Yes,enemies; this is a wicked world and some people out there really do want to humiliate and exterminate our nation, for profit or for fanatical reasons.
Or to put in another way: the minds of men are not blank slates imbued with natural goodness.
Some people have no sense of proportion.
But I sent a .docx attachment the other day.
I am fed up with "printer drivers" that only do A4 paper. I write lots of short letters in A5.
My initial thought is that a computer could analyse the neural network and produce an equivalent flowchart. If it then checks for consistency the results might be interesting.
But then I ask myself what kind of flowchart would be the result. Possibly full of decision boxes, each with many outputs: case statements rather than if-then-else statements. Such a raw flowchart would be impossible for most of us to comprehend.
So my next question is whether such a flowchart could be restructured into a form we can understand. If so, would it still be too big to be understood?
I had a similar problem when claiming Gift Aid for a charity.
Same front end, I expect.
A certain UK government website told me that passwords containing 'password' were forbidden. But it accepted 'drowssap'.
Why is it that when things go wrong, management blame the computers, but when things go right (or at least make a profit) management take the credit.
Management are entirely to blame for these events.
As I understand it, Windows 8 and 10 come with MS Defender, a descendant product of Swcurity Essentials. But in Windows 7 you have to go and get Security Essentials. Obviously best to go direct to MSFT, before some pirate screen recommends its own software.
Sec. Ess. is no longer supported in XP, so you need something else. Lots of legit products will do a single scan your machine for free, but for continuous protection against emails and websites you have to pay.
True, you can't corrupt a pencil.
But you can screw up the electronic registers of voters. At a recent(*) election in London early voters were turned away because their names were not on the list. This was rectified by mid morning, but not every early bird returned to vote.
That incident was regarded as cock-up, not conspiracy. But next time?
(*)2015 or 2016, I think.
I fear the bank manager has also heard of it. Big problem.
The earliest indications of dark matter related to rotation rates within our own galaxy and other specific galaxies, rather than the whole visible universe. So those dark masses must still exist.
[Edit] I have just seen the comment above from titter-ye-not, who actually explains it as opposed to my bare claim.
The mainstream civil service hates techies. Look at how they killed off the scientific civil service. In 2001 there was an outbreak of foot-and-mouth disease, which caused an election to be deferred. It was clear that there was nobody within government who actually knew anything.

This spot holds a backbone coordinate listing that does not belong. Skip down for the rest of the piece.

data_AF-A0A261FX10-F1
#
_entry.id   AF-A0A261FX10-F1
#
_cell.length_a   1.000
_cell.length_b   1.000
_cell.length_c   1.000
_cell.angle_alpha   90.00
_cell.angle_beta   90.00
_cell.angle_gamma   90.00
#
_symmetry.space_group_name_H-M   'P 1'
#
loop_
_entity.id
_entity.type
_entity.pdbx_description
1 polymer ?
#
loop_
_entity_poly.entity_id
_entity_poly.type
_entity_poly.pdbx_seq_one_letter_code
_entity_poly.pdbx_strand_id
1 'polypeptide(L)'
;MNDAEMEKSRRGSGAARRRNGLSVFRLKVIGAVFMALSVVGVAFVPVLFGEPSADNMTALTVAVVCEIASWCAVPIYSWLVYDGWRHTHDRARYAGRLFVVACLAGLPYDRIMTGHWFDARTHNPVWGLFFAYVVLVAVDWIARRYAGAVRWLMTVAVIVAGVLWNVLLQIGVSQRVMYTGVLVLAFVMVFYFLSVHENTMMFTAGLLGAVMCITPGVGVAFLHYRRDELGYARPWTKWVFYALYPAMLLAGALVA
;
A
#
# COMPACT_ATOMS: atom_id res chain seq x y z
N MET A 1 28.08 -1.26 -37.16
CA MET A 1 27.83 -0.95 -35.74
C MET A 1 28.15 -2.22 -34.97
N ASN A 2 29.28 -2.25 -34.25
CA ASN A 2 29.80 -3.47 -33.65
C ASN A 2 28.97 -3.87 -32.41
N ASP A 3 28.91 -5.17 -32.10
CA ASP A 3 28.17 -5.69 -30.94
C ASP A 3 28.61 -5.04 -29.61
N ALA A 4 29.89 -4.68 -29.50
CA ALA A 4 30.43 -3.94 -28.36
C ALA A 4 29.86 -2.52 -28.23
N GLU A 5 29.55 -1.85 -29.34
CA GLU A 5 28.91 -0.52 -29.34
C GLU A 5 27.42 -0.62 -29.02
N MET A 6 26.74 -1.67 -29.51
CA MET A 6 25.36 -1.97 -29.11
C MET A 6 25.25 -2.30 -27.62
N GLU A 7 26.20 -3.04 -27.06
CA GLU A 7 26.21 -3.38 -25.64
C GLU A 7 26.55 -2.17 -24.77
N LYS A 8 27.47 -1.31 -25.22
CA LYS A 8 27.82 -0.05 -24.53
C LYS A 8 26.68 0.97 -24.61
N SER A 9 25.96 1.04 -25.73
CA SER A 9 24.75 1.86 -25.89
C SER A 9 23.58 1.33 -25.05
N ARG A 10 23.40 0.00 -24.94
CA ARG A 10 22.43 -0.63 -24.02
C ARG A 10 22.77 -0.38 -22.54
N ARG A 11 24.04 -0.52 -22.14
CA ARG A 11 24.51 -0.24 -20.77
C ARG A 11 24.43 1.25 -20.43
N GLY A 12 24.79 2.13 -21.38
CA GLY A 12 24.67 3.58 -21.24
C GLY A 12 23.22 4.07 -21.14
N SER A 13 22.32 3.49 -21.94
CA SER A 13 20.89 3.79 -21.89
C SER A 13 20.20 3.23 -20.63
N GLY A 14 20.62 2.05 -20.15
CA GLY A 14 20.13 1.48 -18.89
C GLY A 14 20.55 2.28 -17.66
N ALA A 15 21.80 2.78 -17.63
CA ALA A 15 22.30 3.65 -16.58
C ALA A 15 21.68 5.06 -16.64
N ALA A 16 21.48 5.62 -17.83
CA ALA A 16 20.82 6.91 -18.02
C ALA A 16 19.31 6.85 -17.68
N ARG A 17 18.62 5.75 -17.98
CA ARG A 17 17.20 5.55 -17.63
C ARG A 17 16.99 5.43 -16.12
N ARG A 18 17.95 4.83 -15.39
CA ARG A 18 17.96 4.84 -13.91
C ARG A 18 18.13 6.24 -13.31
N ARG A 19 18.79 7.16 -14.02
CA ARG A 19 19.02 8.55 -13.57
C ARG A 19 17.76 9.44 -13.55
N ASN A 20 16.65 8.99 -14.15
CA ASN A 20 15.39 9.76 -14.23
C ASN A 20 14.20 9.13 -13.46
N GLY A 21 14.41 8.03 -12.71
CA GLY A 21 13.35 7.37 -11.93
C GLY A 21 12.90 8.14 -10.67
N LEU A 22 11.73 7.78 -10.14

Instead we have the curse of managerialism.
El Reg seems to have abandoned its former concern with scientific accuracy. If it is not careful its scientific readers will abandon El Reg.
So long as Mick does not get into a Paddy.
But some people say the Vice-President debate offered hope for the future.
I'm British, I do not watch these USA things, I only pass on what I read.
Ein Volk, ein Reich, ein ICANN.
I once talked to somebody on the tube. But it was an old university friend I had not seen for many years.
By coincidence, we met again the following evening on the tube - and had nothing to say to each other.
The same happened to me, a boy, in Germany.
"Ich bin voll".
They laughed, and laughed, ...
OK, he messed about with the airline, and the other passengers.
But they mess us about when it suits them. Let's see airlines punishes for overbooking, mislaying luggage, general delays, ...
I have read the official history of MI6, which covers ca 1909 to 1946. The Germans caught an awful lot of our people in the first war and the second. Dangerous work.
Still is. The people we face today would kill us as soon as look at us.
"Linux can be run from a live CD. Good luck with infecting that".
A really malicious device subverts the BIOS. So do the initial usb wipe on a machine you can afford to lose. And then wipe your BIOS.
If it really can 'understand' natural language, it could lead to translations that are much more reliable than Google and Microsoft currently are.
I am not holding my breath.
Reading that apocryphal quotation reminds me of an episode in Caesar's memoirs of the Gallic wars. He is describing an auxiliary legion, composed of allied tribesmen rather than Roman citizens: they were creating an impression of great activity, but actually achieving nothing.
Perhaps el Reg could organise a competition.
Think of an ordinary object, e.g. a paper bag, and then imagine how it might be drawn and annotated by a patent lawyer.
In this modern world there are the two traditional certainties, death and taxes, and also a third: "Somebody will whinge at it".
Whatever it is, somebody will whinge at it. E.g. IPv4 or IPv6, in the discussions above.
Or, to put it more briefly:
THIS PAGE IS INTENTIONALLY ALMOST BLANK
After reading a fewo of those, one's mind begins to feel almost blank.
When Cambridge University discovered the first pulsar in the mid 1960s, thay kept it secret for six months. Subsequently they defended this by saying they would have been besieged by all the world's nutters at the prospect of an alien signal.
Exactly right, AC!
Not insider trading, but shaking the market with irresponsible rumours and waiting for the money to fall out.
Happens in London as well, as I am sure you know.
When I worked for the London branch of a US company, in my documents I would write 01-Apr-99 to avoid confusion with 04-Jan-99. But our software product used US dates (MM/DD/YY) on every screen, so I used US dates on any new screen.